It doesn’t have to be that way. Most elective procedures, where consumers pay the cost, have come down in price simply because Americans are great consumers when it is their money. That’s how markets worth. Lasik no longer costs $15,000. “Medical spas” have popped up all over suburbs providing all kinds of procedures for the upper middle class and wealthy.

    So how do we do it for everyone? Give every citizen money to buy the insurance of their choice, start a HSA and be able to roll any extra monies over year after year in their invested HSA. Americans are good consumers. Most will choose a bare-bones high deductible insurance plan and pay out of pocket through their HSA’s. It’s what many working Americans do right now.

    The thing is, we only heavily consume healthcare a few times in our lives (unless we have a medical condition). When we are born and when we grow old are when we spend the mass majority of our lifetime healthcare dollars. Parents’ insurance can cover birth and HSA’S built up over a lifetime can help cover old age.

  67. @RadicalCenter

    MeaningFUL incentive, that is. Doh.

  68. @Mr. Rational

    3rd worlders only understand harsh punishments. To them, being “nice” is the same thing as being weak, soft, naive, and easily exploited.

    This is something most white people do not understand. They think that if they are just a little nicer to Mohammad and N’gombe they are suddenly going to get along fine.

    I can tell you from my professional experiences: if you present yourself as ruthless, pompous, and dominant the rainbow peoples will bow down to you, and may even be pleasant. You can have a decent relationship when they respect you. But otherwise they are ruthless, pompous, and dominate you. I can tell you they do not respect 90% of white people.

    Equality only works between whites. Being “nice” only works between whites. Deal with it and start acting like a man.

  69. “I know you didn’t. I said “the danger is always that liberals will try to enforce such rules” which is I think pretty much true. I wan’t suggesting that you personally believed in forcing people to adopt “healthy” lifestyles.”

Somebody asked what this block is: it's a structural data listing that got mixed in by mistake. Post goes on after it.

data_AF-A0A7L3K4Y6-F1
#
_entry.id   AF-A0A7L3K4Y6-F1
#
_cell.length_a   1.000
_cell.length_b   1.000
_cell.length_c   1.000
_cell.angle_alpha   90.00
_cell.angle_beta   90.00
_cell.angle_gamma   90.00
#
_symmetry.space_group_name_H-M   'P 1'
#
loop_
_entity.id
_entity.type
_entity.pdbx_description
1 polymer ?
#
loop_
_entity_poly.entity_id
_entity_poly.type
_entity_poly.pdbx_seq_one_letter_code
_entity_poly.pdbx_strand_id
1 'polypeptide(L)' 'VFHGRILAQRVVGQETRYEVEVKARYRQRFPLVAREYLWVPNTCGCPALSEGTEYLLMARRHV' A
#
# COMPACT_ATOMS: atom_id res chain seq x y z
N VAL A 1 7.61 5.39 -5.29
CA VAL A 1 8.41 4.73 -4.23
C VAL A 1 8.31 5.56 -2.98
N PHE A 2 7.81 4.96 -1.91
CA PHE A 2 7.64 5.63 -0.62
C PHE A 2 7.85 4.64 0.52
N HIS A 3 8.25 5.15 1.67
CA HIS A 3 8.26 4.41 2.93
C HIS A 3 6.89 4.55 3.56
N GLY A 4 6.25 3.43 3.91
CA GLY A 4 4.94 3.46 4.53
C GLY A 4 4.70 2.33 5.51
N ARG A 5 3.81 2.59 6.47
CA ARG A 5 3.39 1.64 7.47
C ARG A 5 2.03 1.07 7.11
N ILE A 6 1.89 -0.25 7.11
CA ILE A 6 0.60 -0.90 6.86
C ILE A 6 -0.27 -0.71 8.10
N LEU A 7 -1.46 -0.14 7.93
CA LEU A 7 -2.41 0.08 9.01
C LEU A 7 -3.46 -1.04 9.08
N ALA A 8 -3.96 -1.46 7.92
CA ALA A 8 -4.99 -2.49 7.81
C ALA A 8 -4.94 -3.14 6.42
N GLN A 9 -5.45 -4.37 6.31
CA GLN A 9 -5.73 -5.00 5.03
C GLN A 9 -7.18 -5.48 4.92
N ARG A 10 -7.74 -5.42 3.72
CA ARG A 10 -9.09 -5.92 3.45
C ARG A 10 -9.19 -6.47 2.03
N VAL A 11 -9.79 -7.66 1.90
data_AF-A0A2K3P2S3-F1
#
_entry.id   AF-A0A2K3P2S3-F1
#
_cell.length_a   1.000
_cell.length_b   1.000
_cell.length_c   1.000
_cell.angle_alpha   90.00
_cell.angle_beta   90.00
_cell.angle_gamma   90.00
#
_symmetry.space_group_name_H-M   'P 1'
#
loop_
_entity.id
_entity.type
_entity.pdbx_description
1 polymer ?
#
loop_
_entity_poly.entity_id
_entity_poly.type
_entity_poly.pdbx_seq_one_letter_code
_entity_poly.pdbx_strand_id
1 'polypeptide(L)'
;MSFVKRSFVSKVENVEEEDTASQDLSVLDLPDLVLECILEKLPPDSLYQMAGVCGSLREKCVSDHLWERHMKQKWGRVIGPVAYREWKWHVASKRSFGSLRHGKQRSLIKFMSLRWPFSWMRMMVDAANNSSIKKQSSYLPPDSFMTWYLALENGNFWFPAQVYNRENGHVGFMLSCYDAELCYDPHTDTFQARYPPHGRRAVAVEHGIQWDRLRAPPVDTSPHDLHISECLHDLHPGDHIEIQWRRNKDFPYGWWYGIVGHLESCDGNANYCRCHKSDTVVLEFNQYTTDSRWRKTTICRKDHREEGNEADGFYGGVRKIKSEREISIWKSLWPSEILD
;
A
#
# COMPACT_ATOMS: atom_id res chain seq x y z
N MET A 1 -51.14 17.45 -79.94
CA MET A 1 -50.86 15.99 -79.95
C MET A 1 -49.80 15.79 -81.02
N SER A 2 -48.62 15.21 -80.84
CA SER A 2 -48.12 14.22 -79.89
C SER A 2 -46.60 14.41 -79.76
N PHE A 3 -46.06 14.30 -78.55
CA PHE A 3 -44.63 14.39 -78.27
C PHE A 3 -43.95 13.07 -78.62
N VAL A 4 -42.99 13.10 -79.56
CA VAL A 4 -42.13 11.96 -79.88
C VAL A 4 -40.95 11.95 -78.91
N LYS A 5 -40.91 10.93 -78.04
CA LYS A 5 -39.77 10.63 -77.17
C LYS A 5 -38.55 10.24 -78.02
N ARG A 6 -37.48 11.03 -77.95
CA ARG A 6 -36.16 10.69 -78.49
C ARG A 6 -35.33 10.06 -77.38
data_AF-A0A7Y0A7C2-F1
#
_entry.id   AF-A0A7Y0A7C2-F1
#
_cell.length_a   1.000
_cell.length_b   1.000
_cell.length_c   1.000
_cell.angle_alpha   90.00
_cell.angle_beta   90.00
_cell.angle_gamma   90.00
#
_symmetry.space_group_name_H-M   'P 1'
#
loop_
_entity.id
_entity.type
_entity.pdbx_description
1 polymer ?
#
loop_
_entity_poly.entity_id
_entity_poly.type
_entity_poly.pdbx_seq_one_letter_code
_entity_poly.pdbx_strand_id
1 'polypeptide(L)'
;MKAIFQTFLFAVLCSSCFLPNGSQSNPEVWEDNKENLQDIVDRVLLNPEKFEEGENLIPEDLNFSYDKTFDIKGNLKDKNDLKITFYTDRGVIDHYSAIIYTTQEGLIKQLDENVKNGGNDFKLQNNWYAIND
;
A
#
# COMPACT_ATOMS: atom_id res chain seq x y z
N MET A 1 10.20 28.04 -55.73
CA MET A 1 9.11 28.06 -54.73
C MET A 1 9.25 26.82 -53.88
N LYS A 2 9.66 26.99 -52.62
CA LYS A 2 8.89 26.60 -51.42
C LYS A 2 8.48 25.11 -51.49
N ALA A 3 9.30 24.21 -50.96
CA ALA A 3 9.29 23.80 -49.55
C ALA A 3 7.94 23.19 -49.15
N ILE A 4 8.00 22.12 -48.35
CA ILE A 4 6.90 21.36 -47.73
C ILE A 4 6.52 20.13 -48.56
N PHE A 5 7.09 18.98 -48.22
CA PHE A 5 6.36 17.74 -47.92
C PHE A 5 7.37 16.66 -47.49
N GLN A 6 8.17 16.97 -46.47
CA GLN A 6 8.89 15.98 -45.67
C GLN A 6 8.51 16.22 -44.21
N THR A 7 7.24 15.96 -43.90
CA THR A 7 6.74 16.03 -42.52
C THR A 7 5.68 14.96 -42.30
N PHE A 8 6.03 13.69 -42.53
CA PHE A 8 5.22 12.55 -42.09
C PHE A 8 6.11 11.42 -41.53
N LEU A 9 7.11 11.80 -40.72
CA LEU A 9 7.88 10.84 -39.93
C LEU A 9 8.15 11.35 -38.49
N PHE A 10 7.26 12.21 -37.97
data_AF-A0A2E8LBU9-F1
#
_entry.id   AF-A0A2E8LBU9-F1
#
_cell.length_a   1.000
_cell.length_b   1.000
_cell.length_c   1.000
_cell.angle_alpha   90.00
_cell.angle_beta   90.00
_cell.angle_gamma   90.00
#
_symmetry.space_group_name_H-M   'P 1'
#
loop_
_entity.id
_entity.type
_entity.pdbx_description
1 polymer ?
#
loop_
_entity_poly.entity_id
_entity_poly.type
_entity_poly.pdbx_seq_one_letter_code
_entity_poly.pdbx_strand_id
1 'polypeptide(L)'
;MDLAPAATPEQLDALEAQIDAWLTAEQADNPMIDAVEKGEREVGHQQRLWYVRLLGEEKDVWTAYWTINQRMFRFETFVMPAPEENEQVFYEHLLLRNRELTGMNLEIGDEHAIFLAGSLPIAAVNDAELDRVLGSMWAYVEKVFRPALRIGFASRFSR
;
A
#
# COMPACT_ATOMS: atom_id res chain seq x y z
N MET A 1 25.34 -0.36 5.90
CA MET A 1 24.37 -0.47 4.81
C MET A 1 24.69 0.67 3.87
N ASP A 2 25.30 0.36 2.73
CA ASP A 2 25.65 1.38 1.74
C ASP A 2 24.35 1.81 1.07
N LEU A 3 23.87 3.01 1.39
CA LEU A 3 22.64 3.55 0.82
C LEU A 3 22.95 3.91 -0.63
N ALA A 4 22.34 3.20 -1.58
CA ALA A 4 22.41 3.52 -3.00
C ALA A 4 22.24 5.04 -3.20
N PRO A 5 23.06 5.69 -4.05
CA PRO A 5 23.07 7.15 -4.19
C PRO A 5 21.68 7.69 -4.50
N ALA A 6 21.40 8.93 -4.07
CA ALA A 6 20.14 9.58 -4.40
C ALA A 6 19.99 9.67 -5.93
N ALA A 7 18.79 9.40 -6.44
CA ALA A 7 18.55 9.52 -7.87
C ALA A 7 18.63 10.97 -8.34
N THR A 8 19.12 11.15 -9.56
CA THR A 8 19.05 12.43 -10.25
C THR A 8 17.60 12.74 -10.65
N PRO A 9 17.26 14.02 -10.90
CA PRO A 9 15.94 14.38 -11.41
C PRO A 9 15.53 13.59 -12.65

I have news for you. Anyone on a government programs will be expected to abide by certain mandates. And I suspects that tax payers are going to be fine with mandates about their lifestyle habits including what they eat trying to turn that expectation into a liberal turn misses the point that managing said healthcare will include those expectations. If drinking cause scerosis of the liver and you are on a government program, that part of that care would reasonable addressing the use of alcohol — the dangerous behavior would be to ignore the cause because it is an offensive expectation. And in my view, liberals would be more inclined to challenge that manner of managing.

    Nice try, vegans are vegetarians and there is nothing “crankish” about their view that eating a certain set of vegetables provides better health benefits. Since they have been around sine the 1940’s I think it is safe to say their view of what type and how to prepare vegetarian meals is hardly faddish.

    Laugh, the population that maintain a vegetarian diet do so for a host of reasons, number one of among them is better health.

  70. just to be clear: My comments are not an advocacy for any particular diet, But that in considering issues about healthcare responsibility is a legitimate issue. And there are some things citizens can that don’t require medical treatment to improve their health and reduce costs.